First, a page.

Veteran clown Seumas Milne "argues" in the Guardian that the recent 1514 to 3 vote in favour of continued British rule of the Falkland islands is a North Korean-style ballot:
No doubt 1,514 island residents really did vote in favour of continued British rule. The only surprise was that three islanders dared to spoil the rousing choruses of Land of Hope and Glory by voting against.Astonishingly, Milne appears unaware of the fate of previous Guardian columnists (Flavia Dzodan, Sean Penn, ambassador Alicia Castro) putting forward their ideas on Argentina taking over the "Malvinas". He gets swiftly set straight in the comments:
It's that the poll was a foregone conclusion and designed to miss the entire point of Britain's dispute with Argentina over the islands – which began 180 years ago when one of Lord Palmerston's gunboats seized them and expelled the Argentine administration.
The islands might be 8,000 miles from the UK (something that doesn't trouble other countries of the world with THEIR islands) but they are 400 from Argentina.It used to stagger me that a flagship journal for human rights and democracy, such as the Guardian styles itself, would support the military annexation of land and populations based on a flimsy-as-paper argument about a Huguenot, Luis Vernet, making a commercial settlement in 1828 under a joint Argentina-UK pact where Argentina refused to provide any warship to back his claim. Sadly, it appears that Seumas is happy to pursue any argument, no matter how absurd, as long as it is contrary to the policy of the UK government, even if that means backing the increasingly dictatorial and distasteful Argentine regime.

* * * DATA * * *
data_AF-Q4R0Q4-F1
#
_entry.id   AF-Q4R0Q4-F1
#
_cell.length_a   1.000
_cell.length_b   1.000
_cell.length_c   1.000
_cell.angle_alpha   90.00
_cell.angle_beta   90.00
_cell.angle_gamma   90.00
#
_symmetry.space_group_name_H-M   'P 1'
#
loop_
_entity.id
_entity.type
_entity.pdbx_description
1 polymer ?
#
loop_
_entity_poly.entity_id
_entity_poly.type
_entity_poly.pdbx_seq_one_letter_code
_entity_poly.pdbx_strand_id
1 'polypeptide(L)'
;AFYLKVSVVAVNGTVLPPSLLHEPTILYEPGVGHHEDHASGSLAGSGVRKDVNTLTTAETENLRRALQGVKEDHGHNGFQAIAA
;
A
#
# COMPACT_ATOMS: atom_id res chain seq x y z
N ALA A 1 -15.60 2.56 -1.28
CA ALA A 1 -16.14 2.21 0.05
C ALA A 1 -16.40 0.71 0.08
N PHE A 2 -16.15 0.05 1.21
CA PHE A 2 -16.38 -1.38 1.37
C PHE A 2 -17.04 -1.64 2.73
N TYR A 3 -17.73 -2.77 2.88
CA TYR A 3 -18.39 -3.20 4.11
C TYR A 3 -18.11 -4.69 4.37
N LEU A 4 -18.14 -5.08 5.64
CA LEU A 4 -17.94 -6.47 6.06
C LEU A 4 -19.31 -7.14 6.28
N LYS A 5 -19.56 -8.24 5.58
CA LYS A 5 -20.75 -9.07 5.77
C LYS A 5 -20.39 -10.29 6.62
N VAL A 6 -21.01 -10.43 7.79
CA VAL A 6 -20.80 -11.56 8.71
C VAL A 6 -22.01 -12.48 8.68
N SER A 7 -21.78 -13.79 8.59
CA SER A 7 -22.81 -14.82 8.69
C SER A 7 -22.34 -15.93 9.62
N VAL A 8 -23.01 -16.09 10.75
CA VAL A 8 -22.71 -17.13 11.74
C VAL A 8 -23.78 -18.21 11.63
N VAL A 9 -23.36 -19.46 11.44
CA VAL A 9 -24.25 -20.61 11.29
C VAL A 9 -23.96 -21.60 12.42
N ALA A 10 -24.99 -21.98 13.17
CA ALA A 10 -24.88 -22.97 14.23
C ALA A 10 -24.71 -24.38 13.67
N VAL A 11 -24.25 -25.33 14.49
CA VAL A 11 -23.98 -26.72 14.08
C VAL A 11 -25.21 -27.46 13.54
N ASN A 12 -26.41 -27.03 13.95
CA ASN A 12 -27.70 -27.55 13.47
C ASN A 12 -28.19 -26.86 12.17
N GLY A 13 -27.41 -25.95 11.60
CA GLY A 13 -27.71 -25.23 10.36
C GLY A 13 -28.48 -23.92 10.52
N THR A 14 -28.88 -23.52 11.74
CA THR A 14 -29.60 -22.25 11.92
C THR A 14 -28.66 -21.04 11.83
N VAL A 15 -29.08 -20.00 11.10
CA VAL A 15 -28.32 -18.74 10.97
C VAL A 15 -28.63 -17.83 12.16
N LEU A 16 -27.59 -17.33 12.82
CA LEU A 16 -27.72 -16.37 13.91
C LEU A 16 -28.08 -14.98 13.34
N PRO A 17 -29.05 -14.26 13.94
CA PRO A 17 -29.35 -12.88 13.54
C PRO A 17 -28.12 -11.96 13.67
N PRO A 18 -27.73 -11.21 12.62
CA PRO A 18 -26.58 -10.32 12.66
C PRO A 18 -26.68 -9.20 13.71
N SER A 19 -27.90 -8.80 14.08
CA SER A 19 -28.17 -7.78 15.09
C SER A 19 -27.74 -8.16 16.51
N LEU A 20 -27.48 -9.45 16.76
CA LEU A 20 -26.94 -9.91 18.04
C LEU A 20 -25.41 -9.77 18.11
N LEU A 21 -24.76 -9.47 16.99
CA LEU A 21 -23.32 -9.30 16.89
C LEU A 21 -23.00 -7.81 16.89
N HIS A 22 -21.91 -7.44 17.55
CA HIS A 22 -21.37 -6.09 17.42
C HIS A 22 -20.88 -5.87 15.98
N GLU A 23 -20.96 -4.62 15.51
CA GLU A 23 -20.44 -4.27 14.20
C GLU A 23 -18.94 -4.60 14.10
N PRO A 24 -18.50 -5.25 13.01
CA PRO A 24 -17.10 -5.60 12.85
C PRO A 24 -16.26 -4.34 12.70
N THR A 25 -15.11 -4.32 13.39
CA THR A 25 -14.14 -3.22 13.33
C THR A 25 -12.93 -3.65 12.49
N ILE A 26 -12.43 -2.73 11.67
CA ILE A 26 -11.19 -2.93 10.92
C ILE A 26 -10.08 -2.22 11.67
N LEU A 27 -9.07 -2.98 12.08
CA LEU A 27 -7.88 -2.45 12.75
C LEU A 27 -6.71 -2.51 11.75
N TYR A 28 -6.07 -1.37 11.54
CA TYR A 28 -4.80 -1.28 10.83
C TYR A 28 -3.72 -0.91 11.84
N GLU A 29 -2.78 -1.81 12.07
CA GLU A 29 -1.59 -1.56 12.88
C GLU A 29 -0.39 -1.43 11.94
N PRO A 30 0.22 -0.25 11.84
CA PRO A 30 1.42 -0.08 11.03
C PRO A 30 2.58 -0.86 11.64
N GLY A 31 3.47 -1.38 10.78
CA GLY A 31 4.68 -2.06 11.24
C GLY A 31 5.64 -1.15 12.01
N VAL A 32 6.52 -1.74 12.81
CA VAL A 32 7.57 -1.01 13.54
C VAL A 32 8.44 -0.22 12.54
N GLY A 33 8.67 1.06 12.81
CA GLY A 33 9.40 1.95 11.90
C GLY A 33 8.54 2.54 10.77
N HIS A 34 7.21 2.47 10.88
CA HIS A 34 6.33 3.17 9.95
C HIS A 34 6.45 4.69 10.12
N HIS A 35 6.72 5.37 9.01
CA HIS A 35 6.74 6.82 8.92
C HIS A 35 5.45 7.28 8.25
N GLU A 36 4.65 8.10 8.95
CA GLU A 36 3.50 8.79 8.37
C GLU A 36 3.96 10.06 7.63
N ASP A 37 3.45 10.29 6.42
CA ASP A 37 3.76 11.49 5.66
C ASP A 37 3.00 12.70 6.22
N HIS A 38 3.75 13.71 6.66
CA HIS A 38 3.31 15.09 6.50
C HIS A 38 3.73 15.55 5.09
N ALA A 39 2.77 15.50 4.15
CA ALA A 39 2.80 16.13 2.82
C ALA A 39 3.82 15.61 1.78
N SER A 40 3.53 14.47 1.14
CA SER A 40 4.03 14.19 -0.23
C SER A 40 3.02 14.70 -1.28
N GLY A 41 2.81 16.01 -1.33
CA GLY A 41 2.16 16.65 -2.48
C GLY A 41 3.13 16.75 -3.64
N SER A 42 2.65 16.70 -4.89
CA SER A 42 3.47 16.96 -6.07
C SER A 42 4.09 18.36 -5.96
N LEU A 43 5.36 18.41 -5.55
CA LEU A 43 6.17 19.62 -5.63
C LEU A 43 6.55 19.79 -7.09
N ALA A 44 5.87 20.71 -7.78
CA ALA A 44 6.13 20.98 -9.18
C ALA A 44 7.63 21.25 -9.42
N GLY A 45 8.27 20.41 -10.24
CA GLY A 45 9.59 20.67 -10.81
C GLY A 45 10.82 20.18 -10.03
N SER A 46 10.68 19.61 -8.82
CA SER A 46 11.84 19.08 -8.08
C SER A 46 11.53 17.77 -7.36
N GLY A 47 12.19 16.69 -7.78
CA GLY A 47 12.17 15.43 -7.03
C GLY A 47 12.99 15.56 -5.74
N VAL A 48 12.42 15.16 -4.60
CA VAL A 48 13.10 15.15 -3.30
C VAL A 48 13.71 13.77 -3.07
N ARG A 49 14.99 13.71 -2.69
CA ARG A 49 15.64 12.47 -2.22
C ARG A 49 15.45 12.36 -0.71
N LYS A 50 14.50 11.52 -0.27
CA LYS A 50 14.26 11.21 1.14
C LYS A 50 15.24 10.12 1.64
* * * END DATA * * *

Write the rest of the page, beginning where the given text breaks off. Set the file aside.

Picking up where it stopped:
If distance is the issue, then it is still an issue with the Argentine claim. As would be the usual bollocks about "continental shelf."
There are numerous disputes - ones of a more serious nature - such as the islands disputed between the Japanese and Chinese, between North and South Korea, etc etc. I suggest that the Guardian gets stuck in there. Maybe send a journalist to stir up shit in China and Japan, North and South Korea.
As the above commenter notes, there are plenty of more unsavory regimes casting their island claims far beyond their shores. That Seumas does not see fit to remark upon these makes one wonder what it is about the Falklands that he finds so exceptional.
Seumas is sadly not immune from the occasional inconsistency in his argument:
[...] most of whom weren't born there but are subsidised to the tune of £44,856 a head to keep them in the Rhodesian retro style to which they are accustomed?I like the precision of that "44,856". The sly allusion to the racist imperialist rule in Rhodesia is also a nice touch. But what's this?
A generation on, the discovery of potentially large oil and gas deposits around the islands, development of fisheries and growing importance of the Antarctic sea lanes have changed the picture.Well, Seumas, either the Falklanders are financial dependents, or they're not. Which is it?
Lasy word to commenter Chrispytl:
So Milne wishes to now simply ignore the wishes of virtually the whole of the residents of the Falkland Islands?Seumas, I think you've met your match. Time for a piece on a less challenging topic.
The man must really hate democracy.
He must love the EU though.